I was genuinely impressed with the size of the keys to Ghadames’s houses. Some of them could be one meter long, but usually, they measure from 25 to 60 centimetres. They are still in use, and they operate massive locks in the old doors. They are truly magnificent, those keys.

When I arrived to the town it was about 3:45 pm and at first, I did not realise that everything was actually closed. I could not get anything to eat in the town before 6:30pm. It was not an issue for me actually, because I did want to see the old town in the late afternoon light. When the time came, I moved out of the old town to find a restaurant. I found one, but although it was already open and the tables were ready, the kitchen was not. They claimed that they needed two more hours to get ready and start taking orders for food. I thought it was a bit ridiculous, and went to see if maybe some other restaurant had a faster kitchen service. One had (see below).

Girls' school
Girls' school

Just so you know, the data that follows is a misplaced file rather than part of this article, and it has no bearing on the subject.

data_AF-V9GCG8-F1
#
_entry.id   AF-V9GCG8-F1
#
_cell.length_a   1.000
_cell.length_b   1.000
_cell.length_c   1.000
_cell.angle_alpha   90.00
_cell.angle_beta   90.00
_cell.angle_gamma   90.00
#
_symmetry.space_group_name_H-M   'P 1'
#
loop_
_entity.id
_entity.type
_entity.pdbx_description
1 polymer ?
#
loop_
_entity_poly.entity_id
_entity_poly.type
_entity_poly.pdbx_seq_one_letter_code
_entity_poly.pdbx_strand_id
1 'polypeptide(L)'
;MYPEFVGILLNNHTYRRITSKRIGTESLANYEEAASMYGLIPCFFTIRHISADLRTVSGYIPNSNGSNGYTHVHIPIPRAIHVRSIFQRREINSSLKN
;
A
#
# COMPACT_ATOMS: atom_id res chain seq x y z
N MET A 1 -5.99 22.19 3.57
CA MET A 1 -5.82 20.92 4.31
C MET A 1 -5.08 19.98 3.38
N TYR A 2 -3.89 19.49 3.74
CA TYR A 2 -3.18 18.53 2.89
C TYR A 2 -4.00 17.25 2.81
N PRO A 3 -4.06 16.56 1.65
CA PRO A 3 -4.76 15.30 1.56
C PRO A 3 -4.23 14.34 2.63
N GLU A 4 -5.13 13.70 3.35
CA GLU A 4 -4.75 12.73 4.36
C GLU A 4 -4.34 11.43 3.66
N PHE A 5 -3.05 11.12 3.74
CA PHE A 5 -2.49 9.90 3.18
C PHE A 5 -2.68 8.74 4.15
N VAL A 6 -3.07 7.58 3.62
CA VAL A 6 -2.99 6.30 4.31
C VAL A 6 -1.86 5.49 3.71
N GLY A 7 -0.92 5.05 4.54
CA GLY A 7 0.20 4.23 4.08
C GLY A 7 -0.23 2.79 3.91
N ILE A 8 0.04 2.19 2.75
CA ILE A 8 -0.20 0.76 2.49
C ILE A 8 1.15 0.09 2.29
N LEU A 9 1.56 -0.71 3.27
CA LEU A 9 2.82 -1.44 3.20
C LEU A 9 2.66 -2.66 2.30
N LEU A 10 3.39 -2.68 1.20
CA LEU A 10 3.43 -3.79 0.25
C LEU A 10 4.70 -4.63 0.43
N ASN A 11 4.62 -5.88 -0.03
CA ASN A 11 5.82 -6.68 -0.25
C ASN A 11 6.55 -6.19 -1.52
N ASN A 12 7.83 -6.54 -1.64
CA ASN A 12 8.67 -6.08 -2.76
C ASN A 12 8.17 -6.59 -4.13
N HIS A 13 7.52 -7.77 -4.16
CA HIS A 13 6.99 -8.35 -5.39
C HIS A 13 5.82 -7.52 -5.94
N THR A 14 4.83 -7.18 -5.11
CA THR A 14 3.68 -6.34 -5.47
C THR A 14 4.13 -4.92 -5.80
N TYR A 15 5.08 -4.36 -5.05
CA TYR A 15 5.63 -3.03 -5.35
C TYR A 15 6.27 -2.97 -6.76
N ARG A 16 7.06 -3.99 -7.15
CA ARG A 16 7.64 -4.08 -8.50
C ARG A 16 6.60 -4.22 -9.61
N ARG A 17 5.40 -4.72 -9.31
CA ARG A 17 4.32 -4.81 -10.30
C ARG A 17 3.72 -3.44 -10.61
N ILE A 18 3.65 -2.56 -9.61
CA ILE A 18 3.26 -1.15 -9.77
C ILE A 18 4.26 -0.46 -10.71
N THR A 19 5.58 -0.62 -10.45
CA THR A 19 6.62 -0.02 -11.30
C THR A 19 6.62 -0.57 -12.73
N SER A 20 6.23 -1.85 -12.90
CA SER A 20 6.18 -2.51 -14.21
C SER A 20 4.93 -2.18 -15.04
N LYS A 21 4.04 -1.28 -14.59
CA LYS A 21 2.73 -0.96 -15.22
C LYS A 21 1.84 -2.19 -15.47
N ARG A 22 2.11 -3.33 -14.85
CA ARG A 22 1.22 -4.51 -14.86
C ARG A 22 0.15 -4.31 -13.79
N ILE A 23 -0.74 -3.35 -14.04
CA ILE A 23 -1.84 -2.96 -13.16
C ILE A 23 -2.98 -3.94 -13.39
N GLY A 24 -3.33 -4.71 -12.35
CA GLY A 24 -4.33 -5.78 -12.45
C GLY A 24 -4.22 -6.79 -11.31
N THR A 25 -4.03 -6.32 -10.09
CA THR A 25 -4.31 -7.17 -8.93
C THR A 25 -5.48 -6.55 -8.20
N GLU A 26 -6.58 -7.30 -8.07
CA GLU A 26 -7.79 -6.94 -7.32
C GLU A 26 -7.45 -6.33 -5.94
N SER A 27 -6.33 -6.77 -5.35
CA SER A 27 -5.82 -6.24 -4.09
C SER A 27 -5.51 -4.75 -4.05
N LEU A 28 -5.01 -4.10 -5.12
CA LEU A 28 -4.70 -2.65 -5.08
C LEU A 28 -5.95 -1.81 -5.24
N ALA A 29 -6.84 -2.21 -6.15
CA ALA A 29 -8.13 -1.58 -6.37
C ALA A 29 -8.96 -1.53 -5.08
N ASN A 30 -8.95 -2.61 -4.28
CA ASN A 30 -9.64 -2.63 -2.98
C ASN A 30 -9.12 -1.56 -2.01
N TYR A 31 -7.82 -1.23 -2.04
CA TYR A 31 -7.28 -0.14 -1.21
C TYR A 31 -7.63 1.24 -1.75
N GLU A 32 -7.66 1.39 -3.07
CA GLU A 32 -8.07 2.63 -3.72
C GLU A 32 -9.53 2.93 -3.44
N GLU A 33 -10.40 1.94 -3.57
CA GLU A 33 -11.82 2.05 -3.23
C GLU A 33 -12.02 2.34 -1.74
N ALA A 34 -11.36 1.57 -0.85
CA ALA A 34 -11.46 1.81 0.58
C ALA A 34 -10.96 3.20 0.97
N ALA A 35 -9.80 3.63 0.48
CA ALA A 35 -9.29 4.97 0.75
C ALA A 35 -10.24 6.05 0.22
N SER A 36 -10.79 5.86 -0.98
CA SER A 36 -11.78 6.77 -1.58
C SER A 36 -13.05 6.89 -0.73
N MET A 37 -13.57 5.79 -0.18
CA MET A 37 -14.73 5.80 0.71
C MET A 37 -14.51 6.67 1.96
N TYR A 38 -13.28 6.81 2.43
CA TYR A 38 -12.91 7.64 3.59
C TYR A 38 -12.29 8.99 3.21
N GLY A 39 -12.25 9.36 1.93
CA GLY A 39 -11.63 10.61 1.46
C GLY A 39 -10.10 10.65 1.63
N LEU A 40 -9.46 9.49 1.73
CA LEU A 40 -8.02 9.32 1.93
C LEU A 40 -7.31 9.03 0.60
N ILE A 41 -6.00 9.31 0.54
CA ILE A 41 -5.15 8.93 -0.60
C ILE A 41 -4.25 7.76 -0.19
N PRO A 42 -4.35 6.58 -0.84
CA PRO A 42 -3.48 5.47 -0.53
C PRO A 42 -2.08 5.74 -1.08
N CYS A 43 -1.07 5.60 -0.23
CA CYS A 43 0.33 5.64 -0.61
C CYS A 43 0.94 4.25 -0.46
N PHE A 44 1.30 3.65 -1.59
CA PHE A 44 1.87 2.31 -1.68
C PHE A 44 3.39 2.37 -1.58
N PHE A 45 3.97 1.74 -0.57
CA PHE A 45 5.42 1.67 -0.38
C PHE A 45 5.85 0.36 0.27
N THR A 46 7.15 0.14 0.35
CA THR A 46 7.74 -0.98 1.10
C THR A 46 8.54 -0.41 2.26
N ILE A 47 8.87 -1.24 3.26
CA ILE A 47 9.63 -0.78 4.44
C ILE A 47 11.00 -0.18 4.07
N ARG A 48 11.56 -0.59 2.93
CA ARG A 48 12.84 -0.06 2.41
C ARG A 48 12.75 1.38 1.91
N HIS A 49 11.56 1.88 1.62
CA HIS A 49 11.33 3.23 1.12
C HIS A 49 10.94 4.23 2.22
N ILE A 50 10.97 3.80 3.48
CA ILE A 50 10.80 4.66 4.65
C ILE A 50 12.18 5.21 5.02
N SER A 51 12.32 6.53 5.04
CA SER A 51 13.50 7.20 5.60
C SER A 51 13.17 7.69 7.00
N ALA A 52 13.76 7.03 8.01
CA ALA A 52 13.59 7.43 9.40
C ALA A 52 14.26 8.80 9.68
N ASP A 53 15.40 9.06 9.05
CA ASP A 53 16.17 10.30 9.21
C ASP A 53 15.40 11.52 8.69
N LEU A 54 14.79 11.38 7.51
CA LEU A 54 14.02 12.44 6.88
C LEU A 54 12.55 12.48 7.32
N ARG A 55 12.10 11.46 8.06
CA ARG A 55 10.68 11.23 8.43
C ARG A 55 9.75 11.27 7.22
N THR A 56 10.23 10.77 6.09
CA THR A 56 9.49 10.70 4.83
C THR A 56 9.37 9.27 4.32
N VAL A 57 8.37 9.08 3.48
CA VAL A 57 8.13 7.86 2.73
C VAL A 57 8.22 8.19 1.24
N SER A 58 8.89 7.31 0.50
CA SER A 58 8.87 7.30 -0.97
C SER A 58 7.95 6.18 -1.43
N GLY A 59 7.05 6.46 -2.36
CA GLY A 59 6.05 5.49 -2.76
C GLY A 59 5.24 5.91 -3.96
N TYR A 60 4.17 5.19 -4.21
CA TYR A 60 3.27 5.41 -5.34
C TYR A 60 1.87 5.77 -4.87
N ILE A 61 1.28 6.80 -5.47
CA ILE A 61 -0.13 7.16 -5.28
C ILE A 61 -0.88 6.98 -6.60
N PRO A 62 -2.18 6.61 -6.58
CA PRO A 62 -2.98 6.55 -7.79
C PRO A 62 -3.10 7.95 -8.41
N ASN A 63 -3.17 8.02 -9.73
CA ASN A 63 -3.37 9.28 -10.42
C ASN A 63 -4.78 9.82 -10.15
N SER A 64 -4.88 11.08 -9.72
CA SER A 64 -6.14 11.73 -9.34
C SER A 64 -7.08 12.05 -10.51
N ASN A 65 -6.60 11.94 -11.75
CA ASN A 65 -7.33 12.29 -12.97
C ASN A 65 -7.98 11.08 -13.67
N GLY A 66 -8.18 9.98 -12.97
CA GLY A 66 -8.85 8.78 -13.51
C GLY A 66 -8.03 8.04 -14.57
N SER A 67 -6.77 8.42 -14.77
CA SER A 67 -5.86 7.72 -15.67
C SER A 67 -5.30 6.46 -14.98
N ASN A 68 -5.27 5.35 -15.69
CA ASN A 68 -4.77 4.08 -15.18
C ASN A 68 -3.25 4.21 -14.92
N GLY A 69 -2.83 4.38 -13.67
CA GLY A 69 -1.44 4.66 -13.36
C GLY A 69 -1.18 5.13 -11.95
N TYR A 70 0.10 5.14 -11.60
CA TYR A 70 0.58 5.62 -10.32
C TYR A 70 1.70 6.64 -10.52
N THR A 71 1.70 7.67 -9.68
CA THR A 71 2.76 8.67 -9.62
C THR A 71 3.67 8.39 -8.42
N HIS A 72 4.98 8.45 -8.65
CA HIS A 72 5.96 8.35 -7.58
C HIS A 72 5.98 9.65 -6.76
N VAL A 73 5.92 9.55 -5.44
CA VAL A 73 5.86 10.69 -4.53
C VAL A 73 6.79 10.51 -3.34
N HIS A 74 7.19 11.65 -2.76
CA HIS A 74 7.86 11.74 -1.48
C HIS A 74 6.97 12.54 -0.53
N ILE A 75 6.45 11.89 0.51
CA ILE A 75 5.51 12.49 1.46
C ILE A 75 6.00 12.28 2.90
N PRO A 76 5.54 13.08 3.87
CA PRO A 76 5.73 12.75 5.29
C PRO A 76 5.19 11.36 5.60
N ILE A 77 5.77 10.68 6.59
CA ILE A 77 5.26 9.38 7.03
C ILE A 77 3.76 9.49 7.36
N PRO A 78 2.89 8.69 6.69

After dinner, I made arrangements for the next day. I wanted to go back to the old town in the morning, but well before the crowds. And in the afternoon, I thought it would be a good idea to see the desert lake near the Tunisian and Algerian borders with Libya, a desert castle and desert dunes. In the morning of my next day in Ghadames, as I went back to the old town, I recognised the places I have seen before. However, having a guide, who can show things and let you climb to the roofs of the houses for a good photographic opportunity is invaluable. I went on top of the old girls’ school and now UNESCO building, and the view was great. The guide showed me a place, where, as he claimed, 85% of the tourists do not come. The view from that house was superb. As I was walking through the old city again, I knew that this was the ultimate Libyan experience. No-one should ever come to Libya without visiting Ghadames. The wandering around in the dark corridors was an unforgettable experience.